Two years later, Rickey sent him on to Richmond to scout Joe Black, on the Dodgers farm team.

Sukeforth came back with a draft recommendation, just not the one Rickey had foreseen.

“The Royals had this baby-faced Negro in right field,” he told Sports Collectors Digest. “They were having their infield and outfield practice and here was this kid out there – with a real great arm. You couldn’t help noticing that. He wasn’t playing, though. Max Macon was the manager, and Max had played for me in Montreal. In the seventh inning the Royals are behind and who should go up to pinch hit? This boy in right field. I didn’t even know what his name was then; I didn’t have any batting order. He hit a routine ground ball to shortstop and the play at first base was bang-bang. I mean, they just got him. So he’s showed me he could throw and run, right then. The next four nights I was out there watching him in batting practice. His form was a little bit unorthodox but he had a pretty good power stroke. So I wrote Mr. Rickey and I said, ‘Joe Black hasn’t pitched, but I have you a draft choice.’”

The Pirates finished last by a big margin the season before, so Pittsburgh had the first choice in that winter’s Rule 5 Draft. Sukeforth knew who his first choice would be. But when he got back to Pittsburgh, he received some pushback from fellow scouts.

“One of the scouts had a candidate—an infielder in the Southern League – and another one had a pitcher someplace else,” Sukeforth said. “Mr. Rickey asked, ‘Do you have a candidate, Clyde?’ and I said, ‘Yeah, Clemente with Montreal.’

Roberto Clemente, pictured above at the Brooklyn Dodgers' tryout camp in 1954. On the strength of a recommendation by Clyde Sukeforth, the Pirates took Clemente in the Rule 5 Draft following the 1954 season. (National Baseball Hall of Fame and Museum)

"‘Any of the rest of you fellows seen Clemente?’"

“One fellow said, ‘I did. I didn’t like him.’”

“’What didn’t you like?’”

“’Well,’” he said, “’He wasn’t playing for one thing and I didn’t like his arm.’”

“I didn’t say anything. I didn’t want to embarrass the guy, but I knew very well he didn’t get a look at the arm. The boy may have been pouting or something because he wasn’t playing. I told him afterwards, ‘You didn’t see his arm. He probably just didn’t feel like throwing, but don’t think he can’t throw.’”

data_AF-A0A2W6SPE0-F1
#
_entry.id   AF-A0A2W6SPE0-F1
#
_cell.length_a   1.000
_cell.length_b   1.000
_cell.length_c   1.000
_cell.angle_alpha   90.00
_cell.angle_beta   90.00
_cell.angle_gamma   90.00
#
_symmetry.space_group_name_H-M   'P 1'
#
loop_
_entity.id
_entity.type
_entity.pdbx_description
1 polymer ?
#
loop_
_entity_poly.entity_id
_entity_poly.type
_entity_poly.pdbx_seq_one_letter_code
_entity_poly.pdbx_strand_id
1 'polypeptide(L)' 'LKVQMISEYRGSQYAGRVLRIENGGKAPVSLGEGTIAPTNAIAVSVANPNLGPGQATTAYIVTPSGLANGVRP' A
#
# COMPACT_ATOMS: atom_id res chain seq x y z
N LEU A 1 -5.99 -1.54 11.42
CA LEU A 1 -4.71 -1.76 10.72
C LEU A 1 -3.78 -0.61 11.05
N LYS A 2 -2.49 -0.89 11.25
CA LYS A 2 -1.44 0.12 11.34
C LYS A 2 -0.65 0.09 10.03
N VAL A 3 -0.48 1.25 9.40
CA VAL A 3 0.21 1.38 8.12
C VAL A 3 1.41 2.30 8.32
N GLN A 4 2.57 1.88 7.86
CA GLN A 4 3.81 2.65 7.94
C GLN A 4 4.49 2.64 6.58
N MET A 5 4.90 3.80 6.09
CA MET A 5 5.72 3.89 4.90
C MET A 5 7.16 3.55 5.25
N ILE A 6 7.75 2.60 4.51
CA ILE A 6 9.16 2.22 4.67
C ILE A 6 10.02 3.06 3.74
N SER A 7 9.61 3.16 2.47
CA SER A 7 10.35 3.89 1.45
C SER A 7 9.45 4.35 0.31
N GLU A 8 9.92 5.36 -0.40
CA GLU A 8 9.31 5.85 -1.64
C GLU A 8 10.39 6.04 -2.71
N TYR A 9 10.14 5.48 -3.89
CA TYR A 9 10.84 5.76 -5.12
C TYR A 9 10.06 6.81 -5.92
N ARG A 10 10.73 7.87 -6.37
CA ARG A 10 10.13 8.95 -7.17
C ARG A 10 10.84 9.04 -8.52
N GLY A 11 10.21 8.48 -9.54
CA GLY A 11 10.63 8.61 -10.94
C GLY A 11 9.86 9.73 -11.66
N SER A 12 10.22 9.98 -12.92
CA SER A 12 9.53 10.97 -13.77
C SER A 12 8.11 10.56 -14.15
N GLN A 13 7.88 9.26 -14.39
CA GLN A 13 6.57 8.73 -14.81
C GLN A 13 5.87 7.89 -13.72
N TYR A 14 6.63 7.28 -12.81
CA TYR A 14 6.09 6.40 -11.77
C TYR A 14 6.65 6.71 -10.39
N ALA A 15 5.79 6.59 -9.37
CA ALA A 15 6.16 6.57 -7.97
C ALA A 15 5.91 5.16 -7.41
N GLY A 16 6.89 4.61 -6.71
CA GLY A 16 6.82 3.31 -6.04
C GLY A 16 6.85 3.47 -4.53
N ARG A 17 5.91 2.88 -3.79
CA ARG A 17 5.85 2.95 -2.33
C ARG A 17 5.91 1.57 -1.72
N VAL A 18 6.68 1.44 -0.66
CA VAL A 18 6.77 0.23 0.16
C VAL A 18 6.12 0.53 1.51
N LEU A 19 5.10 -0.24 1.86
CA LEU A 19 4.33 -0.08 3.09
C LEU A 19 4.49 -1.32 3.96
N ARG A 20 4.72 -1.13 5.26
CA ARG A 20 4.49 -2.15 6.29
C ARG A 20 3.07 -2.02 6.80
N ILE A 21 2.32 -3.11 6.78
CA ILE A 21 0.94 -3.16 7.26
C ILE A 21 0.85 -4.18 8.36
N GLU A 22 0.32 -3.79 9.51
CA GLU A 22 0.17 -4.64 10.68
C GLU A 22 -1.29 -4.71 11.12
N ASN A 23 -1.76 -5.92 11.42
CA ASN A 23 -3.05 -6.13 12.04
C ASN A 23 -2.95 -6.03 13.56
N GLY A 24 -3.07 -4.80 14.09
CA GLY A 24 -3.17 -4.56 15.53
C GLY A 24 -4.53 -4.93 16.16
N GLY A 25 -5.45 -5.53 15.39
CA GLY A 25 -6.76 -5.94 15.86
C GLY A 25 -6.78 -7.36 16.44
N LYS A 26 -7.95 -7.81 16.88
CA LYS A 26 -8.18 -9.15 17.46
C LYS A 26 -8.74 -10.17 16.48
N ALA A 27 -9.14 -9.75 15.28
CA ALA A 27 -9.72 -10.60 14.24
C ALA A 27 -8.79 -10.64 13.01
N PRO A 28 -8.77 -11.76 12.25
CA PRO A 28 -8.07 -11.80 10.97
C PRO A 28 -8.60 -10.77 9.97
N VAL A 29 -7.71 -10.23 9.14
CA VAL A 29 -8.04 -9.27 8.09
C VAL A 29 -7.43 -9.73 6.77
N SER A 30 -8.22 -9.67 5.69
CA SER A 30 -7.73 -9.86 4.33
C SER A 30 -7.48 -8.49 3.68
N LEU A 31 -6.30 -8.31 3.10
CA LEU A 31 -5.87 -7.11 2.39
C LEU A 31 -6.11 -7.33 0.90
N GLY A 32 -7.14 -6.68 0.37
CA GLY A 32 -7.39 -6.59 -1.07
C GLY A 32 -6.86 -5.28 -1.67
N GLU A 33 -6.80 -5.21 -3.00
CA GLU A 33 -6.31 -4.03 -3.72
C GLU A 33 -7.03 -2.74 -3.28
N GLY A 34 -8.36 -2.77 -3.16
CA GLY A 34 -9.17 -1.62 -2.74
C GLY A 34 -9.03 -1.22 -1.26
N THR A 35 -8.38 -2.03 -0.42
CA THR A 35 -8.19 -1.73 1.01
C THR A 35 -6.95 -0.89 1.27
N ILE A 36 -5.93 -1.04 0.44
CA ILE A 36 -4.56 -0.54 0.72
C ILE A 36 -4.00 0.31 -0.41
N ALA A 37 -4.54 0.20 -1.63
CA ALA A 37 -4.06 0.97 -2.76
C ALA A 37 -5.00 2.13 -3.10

“Well, you’ve got one guy that says he’s got a great arm, another guy who doesn’t like it. First choice is very important to us, so he sent George Sisler and Holly Hague to Montreal to see him. Naturally, we drafted him. For $4,000, it wasn’t bad deal.”

Finding two Hall of Famers in a 10-year span is akin to winning the lottery twice in a lifetime. But years after Clemente and Robinson earned their bronze plaques, Sukeforth maintained his assessment of himself as the middleman – and nothing else.

“I don’t know. I am not a good scout,” he told the Hall of Fame. “I can just pick out the Hall of Famers. The guys that I picked out, anyone would have picked out. The good scouts can see something in attitude, movement. I have missed major leaguers without even reporting on them.”

Clyde Sukeforth poses with librarian Bo Marks (left), Washington Little League coach Steve Ocean (right) and the Washington, Maine, Little League team in 1995 for the unveiling of his exhibit at Gibbs Library. (National Baseball Hall of Fame and Museum)

Sukeforth remained with the Pirates for a couple more years, making more influential decisions along the way – among them, recommending Danny Murtaugh as skipper of the Bucs in 1957 (“Rickey thought that Murtaugh couldn’t handle players. I talked him out of that.”). He retired in 1966 and moved to Waldoboro, Maine, where he picked up life right where he left off: Chopping wood, fishing, and following the Red Sox.

Sukey was inducted into the Maine Baseball Hall of Fame in 1969, and the Midcoast Sports Hall of Fame in 2007. Three years later, Prescott Memorial School opened Clyde Sukeforth Field, which continues to host Little League teams to this day.

On Sept. 3, 2000, Clyde Sukeforth’s 98-year journey ended only 13.1 miles from where it began, on Old Broad Bay. No services were held, per his request. The “second-string catcher” wouldn’t have it any other way.

“I don’t ask for a lot out of life, but I do want contentment,” Sukeforth said. “I could never find it as a manager. I have a happy home life, own a farm in Waldoboro, Maine, and among other things I grow up there are Christmas trees. It doesn’t get any better than this.”

Alex Coffey is the communications specialist at the National Baseball Hall of Fame and Museum